On last week’s Podcast episode of Apartment Marketing Gone Digital one of the topics brought up was QR codes. I think we all agreed that QR codes have the potential to be REALLY cool. So many things are making themselves mobile friendly today that QR codes actually make some sense. As smartphones get faster, have more memory, and more applications come about, it’s clear that our internet experiences are evolving more and more to mobile devices.
That said, I still question the use of QR codes for a couple reasons.
1. Where is that code pointing to?
What treasure is at the end of that QR code rainbow? Is it just a website homepage or a Facebook page? Or … does it lead to something that truly is unique to the code? Is there something special? A pot of gold, so to speak. If there is no pot of gold at the end of the rainbow then is the customer going to tell their friend about it? Are they going to share it further? I think these are all critical things a marketer should consider before heading down the QR code path. If nobody is talking about it then it’s crap advertising that’s being ignored and forgotten.
2. People’s time is important
I commented on a QR code post our good friend Mike Brewer had a couple weeks ago with this point. This really ties into point number 1 as well. From my experience, I haven’t found myself saving any time scanning a QR code compared to just typing in a URL. If I, or any potential customer, is going to take the time to scan a QR code I sure don’t want to just be led to the homepage of a website. I would feel as if I was being fooled. In my mind this crazy code should lead to something unique or special, and if I’m just taken to a website homepage I’ll be disappointed. That’s something I’ve seen before and could have just typed in or Googled in less time. And while your Facebook wall or Twitter page may be great, I’ve seen that before too so don’t waste my time there either.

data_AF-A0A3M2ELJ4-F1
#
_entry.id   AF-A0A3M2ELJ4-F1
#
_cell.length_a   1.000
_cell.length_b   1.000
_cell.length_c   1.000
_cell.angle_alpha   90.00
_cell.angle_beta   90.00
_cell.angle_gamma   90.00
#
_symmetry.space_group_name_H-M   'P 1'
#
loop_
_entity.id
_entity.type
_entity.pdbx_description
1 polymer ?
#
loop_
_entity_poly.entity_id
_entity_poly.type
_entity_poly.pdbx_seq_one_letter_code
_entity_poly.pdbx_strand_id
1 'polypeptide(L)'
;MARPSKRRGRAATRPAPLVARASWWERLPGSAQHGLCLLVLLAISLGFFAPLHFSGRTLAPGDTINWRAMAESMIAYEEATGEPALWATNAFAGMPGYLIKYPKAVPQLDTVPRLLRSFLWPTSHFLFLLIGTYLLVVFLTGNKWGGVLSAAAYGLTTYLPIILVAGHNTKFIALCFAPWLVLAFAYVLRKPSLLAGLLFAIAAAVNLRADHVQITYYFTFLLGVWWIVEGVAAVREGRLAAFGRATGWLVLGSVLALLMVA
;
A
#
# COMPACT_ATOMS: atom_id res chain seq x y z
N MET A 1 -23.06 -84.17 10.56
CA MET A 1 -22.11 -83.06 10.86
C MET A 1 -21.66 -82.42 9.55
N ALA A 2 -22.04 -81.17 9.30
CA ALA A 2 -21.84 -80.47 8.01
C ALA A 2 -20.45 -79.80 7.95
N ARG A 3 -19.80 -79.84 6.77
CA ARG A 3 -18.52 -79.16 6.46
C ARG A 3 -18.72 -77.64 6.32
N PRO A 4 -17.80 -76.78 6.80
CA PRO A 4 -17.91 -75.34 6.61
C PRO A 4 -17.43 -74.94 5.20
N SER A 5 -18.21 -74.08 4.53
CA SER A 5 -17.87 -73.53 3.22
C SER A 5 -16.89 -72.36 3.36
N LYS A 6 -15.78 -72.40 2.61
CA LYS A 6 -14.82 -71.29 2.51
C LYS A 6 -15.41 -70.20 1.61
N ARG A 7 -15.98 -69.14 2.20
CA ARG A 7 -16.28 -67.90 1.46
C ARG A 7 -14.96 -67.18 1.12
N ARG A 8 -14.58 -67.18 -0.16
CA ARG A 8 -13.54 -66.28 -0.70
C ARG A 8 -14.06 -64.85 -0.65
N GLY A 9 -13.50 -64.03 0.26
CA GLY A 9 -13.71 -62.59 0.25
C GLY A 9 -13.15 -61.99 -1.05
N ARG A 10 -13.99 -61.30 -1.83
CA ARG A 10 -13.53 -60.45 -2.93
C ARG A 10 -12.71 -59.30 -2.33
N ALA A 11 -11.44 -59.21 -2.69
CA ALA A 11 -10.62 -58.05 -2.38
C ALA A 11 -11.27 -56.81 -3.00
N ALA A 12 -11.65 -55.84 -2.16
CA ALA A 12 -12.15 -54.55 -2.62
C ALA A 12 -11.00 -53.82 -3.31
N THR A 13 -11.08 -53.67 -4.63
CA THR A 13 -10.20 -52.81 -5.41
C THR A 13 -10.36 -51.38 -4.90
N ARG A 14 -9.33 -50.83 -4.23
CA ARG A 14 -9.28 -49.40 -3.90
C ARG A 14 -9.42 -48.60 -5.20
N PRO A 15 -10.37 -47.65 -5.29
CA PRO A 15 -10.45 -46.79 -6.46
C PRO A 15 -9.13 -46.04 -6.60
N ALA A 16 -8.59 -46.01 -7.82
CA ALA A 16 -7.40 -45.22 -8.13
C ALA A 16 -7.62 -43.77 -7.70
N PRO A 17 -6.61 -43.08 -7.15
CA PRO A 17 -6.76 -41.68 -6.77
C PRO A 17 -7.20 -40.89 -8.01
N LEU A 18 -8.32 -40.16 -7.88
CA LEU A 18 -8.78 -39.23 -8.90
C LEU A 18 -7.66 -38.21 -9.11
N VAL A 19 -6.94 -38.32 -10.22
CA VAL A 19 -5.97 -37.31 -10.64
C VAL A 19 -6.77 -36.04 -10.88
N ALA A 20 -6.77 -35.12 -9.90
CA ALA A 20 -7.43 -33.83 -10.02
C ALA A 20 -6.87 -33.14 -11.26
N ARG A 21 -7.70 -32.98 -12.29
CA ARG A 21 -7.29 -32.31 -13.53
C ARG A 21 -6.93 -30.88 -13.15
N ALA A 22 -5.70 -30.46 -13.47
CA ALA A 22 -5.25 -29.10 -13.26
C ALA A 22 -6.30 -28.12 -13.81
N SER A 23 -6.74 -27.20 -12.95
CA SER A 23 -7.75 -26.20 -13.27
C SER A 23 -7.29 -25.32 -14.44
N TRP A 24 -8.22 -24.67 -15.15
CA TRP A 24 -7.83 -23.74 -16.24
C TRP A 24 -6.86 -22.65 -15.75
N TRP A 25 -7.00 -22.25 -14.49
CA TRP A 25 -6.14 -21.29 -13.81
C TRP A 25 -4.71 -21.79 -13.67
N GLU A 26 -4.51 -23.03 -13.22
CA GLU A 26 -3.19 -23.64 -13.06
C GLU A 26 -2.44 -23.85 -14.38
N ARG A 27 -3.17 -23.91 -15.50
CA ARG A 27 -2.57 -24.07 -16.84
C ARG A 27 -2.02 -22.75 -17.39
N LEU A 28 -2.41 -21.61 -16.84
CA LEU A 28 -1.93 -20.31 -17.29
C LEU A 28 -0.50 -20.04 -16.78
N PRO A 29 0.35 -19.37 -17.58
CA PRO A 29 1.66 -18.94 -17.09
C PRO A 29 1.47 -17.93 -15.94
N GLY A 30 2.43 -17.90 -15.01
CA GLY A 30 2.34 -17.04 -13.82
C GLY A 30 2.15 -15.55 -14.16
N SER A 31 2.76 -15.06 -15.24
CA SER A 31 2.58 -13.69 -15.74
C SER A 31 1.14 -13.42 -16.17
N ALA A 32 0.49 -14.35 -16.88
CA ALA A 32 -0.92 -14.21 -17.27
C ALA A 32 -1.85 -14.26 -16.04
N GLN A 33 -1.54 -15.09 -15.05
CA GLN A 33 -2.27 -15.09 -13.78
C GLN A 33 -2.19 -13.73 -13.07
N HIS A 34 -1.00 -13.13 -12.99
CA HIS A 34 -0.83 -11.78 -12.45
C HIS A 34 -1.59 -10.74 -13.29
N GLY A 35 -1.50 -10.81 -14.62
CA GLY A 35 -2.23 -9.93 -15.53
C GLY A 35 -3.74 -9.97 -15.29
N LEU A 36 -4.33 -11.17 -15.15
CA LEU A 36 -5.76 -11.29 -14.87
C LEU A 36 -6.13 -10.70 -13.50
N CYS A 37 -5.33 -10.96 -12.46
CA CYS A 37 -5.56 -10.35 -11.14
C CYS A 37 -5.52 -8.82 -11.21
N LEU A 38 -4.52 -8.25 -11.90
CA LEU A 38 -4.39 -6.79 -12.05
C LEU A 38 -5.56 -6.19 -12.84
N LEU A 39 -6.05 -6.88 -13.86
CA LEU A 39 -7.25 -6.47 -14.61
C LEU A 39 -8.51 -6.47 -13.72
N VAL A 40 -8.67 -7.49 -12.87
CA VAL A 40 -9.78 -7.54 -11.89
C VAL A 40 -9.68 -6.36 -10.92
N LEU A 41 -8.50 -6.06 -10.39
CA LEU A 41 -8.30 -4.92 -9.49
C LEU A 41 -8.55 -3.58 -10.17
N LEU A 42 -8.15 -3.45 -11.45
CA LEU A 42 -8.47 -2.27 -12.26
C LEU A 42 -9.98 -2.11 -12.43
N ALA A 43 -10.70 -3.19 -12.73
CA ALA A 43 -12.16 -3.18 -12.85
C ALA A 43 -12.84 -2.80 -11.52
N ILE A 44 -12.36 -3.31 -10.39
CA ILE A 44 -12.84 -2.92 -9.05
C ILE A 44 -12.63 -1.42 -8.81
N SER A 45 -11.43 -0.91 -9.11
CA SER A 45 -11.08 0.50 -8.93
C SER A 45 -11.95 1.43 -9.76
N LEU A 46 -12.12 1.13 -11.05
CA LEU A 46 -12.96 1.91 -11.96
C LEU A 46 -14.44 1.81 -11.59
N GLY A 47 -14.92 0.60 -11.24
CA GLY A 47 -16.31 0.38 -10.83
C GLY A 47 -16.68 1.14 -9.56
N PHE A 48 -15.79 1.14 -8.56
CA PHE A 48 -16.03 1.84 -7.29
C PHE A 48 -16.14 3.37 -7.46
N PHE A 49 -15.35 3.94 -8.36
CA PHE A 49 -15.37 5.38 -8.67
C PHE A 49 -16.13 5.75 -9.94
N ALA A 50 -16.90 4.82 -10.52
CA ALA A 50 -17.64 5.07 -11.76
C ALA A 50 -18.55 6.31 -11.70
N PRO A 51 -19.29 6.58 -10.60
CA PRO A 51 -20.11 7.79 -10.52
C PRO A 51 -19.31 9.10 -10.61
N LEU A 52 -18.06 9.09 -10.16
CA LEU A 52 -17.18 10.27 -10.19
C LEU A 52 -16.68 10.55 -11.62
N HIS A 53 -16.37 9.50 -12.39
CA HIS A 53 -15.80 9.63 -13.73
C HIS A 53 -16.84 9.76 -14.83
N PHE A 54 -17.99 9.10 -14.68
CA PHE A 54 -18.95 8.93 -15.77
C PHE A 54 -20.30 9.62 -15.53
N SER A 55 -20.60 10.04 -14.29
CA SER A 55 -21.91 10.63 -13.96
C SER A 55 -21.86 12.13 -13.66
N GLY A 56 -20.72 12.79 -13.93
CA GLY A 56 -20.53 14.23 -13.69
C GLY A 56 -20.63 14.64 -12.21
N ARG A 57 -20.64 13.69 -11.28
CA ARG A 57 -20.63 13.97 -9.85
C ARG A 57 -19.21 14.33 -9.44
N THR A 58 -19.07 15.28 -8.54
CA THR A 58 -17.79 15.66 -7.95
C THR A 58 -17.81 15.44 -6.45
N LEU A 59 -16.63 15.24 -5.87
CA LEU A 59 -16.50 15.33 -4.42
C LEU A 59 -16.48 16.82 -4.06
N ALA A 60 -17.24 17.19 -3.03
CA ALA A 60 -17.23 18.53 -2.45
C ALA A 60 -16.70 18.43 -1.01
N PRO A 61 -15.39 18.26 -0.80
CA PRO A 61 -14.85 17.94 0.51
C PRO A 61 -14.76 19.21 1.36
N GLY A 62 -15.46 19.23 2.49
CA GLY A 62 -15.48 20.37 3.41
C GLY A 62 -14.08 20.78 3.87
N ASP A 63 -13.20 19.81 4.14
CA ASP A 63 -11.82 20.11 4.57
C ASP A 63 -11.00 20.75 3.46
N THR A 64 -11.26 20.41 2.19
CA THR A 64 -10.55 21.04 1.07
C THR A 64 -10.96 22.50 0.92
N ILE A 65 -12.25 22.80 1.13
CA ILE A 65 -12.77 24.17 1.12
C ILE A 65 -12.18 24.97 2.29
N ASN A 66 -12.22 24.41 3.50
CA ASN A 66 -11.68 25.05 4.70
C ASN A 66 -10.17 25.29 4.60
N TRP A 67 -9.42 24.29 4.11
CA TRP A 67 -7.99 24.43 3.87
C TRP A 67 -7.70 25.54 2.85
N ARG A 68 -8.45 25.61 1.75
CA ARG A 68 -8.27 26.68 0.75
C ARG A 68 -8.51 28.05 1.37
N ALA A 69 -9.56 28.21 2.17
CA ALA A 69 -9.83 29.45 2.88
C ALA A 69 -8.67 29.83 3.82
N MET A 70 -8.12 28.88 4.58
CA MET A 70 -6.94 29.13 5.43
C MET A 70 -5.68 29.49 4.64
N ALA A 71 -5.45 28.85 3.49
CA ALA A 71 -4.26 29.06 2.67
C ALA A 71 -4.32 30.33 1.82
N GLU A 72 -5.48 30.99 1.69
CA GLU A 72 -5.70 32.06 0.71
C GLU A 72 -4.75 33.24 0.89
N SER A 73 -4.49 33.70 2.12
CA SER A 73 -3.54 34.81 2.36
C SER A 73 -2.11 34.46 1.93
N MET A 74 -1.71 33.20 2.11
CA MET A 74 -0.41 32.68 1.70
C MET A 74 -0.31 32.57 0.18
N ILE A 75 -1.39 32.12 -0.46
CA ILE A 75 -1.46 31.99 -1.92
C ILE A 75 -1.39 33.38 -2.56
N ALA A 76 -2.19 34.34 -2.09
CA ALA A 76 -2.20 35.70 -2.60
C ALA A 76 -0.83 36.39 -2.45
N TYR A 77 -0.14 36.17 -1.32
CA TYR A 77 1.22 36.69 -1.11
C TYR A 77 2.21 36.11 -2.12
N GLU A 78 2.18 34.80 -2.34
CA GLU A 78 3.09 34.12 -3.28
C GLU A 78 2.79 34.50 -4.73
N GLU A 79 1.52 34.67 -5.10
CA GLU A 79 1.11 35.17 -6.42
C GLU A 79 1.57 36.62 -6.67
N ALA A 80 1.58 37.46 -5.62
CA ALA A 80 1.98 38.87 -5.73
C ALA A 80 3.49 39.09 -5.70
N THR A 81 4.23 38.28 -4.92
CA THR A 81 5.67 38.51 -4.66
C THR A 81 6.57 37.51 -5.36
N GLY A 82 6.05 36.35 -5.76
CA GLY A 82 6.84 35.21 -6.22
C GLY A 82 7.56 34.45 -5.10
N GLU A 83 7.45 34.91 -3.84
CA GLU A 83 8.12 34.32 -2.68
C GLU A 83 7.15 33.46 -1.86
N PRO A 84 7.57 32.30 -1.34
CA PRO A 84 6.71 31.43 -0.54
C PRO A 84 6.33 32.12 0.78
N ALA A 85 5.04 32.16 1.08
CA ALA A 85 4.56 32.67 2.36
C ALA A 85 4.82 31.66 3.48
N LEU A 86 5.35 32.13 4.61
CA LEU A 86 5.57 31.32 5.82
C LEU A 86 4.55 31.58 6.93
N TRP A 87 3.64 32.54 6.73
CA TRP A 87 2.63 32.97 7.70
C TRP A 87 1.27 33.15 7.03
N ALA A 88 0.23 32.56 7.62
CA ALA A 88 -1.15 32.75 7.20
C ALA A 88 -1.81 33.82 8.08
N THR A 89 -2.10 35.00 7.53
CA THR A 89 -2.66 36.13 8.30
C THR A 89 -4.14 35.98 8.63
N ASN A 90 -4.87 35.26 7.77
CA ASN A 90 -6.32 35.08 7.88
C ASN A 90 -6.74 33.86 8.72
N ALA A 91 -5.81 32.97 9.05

It’s kind of like “checking in” on Foursquare, Gowalla, Facebook, etc. After awhile a badge or mayorship really isn’t worth the time it takes for your GPS to figure out where you are. Those services are only as powerful as the content other people leave or the coupon the business offers. The “coolness” of checking in, getting a badge, or being a mayor fades away, and I see the same thing happening to QR codes unless marketers start to get creative.
Bottom line, if you’re going to use a QR code for some of your marketing I believe the code is only as good (or cool) as what’s at the other end. Just send me to your website and the “coolness” factor of using a QR code is completely washed away from my mind. There is WAY too much potential for using these QR codes to just turn around and ruin the user’s experience with a lackluster treasures at the end of the QR code rainbow. I wouldn’t be surprised if the entire format gets ruined because poor marketing becomes associated with them.
Go ahead, scan the QR code in this post (please don’t print this, it can be done by scanning it right on your computer screen) and let me know if you think it’s a good or bad use of the technology. I especially want to know if you think it’s a bad use so we can all keep challenging each other to do better. Thanks so much!